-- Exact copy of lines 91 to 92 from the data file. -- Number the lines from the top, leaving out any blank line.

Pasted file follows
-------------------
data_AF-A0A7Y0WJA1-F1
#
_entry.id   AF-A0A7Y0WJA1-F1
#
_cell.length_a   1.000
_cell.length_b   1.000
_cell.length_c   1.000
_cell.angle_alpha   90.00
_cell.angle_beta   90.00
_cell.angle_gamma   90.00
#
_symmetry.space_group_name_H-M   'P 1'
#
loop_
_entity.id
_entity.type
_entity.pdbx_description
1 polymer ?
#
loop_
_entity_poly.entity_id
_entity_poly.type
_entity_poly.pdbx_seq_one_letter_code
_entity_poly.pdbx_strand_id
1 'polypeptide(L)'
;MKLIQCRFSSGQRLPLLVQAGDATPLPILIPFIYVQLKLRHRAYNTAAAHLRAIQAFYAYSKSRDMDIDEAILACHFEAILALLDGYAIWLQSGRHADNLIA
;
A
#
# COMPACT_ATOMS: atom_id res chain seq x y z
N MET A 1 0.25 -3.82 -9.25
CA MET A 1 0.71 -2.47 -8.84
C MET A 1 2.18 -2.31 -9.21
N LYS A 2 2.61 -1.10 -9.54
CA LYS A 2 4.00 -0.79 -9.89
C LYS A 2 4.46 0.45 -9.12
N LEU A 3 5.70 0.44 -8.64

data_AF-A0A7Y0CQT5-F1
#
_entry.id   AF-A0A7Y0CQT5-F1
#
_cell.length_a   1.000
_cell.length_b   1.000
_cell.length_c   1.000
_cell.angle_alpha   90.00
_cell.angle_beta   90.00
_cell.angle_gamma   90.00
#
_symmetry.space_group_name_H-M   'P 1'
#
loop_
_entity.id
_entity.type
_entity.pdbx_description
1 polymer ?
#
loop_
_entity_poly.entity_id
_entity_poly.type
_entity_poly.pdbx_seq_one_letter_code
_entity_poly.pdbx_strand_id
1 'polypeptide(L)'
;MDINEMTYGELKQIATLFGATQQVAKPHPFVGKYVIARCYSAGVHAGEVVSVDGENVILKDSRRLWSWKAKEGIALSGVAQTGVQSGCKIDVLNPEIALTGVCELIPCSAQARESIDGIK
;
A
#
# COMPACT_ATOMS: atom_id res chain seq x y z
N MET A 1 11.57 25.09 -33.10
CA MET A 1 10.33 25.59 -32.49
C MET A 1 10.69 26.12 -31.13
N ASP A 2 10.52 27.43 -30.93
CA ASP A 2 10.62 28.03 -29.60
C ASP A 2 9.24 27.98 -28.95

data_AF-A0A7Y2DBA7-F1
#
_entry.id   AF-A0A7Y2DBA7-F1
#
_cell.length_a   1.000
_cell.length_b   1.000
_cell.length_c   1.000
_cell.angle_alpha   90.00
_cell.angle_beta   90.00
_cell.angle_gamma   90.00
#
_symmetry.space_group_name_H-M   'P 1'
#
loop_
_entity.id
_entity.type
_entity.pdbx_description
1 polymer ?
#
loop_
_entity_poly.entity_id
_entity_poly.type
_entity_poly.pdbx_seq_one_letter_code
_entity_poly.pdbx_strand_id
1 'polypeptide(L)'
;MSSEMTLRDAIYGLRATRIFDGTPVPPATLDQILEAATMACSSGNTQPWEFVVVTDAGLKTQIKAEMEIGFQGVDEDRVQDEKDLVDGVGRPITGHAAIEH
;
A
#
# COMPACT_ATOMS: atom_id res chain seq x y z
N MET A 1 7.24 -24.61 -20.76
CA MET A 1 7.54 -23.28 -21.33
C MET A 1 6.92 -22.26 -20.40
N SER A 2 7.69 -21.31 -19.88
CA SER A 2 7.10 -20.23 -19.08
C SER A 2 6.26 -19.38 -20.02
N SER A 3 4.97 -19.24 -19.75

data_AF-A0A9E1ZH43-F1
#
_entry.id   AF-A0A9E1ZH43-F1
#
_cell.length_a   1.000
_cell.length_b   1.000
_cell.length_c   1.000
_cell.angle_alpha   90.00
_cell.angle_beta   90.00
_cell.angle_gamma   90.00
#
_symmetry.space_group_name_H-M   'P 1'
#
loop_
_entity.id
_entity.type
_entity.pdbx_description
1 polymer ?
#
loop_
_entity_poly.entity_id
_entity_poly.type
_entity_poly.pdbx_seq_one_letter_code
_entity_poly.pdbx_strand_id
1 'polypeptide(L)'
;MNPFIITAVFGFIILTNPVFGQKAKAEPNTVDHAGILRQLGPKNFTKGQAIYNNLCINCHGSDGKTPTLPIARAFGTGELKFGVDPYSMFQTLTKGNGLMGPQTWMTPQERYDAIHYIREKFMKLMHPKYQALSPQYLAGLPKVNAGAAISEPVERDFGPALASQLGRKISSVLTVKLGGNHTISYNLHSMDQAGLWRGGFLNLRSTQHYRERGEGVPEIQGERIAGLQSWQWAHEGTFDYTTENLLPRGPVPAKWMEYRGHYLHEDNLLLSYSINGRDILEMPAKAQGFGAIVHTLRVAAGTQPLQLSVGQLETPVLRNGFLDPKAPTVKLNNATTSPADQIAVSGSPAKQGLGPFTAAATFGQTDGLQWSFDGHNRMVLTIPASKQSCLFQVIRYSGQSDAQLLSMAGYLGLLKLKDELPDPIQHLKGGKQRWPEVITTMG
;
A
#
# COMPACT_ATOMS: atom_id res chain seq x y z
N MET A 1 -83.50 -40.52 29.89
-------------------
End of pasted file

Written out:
1 polymer ?
#